It's a mistake to think that best things only come in small packages. According to this charming board book, the best things come in all sizes.--This text refers to an out of print or unavailable edition of this title.
Scholars have noted the link between "Am I Big or Little?" to both the works of Lewis Carroll and Samuel Taylor Coleridge's "Kubla Khan." These comparisons are futile, however, as the obvious chemical backdrop of these works bears little resemblance to Bridges' use of the chemical as explicit vehicle to increased mental scope. This is territory previously mined by Aldous Huxley in "The Doors of Perception." The proceedings aren't a hallucination per se. Rather, the hallucination is as much a character in this book as Icarus, Richard Nixon, Andre the Giant, and of course the still undead ghost of soccer great Pele. Plus, since we see the mother spike her own coffee and her daughter's Strawberry Quik long before her daughter's crazy straw find it's intended target, the reader knows that the story flow could lack convention once the deliciously sweet milk has been fully ingested. Particularly unnerving is the mother's first assessment of the girl's size: "You're bigger than a Glock 33 subcompact .357 pistol, but smaller than an LGM-118A Peacekeeper missile armed with 10 Avco MK 21 warheads,way way way smaller." Tracy Dockray's fascinating illustration on this page evokes both the mind-expanding comfort of the mushroom and the terrifying panic of the mushroom cloud. This is obviously material with some weight to it as I found out the first time I read it as a bedtime story to my suddenly very awake three and a half year-old son.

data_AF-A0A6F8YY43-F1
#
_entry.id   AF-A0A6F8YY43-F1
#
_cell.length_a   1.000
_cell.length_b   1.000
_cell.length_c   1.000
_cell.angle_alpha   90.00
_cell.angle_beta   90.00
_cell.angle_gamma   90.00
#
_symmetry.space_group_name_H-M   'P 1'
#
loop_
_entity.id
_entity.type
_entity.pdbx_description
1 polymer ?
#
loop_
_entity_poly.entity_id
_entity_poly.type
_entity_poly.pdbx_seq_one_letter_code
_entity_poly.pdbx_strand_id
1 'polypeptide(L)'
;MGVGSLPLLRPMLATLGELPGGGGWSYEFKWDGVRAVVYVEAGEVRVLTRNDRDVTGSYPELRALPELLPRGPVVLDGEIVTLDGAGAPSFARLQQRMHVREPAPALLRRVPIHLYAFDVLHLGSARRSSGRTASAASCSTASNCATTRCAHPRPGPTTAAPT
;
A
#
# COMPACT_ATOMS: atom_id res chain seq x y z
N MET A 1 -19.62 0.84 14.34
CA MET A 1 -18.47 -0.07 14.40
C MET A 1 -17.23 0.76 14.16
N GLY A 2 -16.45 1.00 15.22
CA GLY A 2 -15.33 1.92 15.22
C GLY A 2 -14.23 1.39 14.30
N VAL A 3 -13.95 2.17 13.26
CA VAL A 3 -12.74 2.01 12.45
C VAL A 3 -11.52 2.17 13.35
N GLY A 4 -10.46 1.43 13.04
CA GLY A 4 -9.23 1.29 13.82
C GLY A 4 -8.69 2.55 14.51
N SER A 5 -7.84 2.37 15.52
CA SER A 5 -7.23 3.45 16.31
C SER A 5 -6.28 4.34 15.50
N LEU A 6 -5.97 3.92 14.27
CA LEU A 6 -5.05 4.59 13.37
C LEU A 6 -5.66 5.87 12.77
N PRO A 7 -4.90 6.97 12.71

What is the message that Bridges is trying to convey in "Am I Big or Little?" It's impossible to say, and I would say that Bridges herself can't answer this question herself, nor would she want to. Read for yourself and to your young ones and establish scary new frontiers of knowledge and philosophy of your own.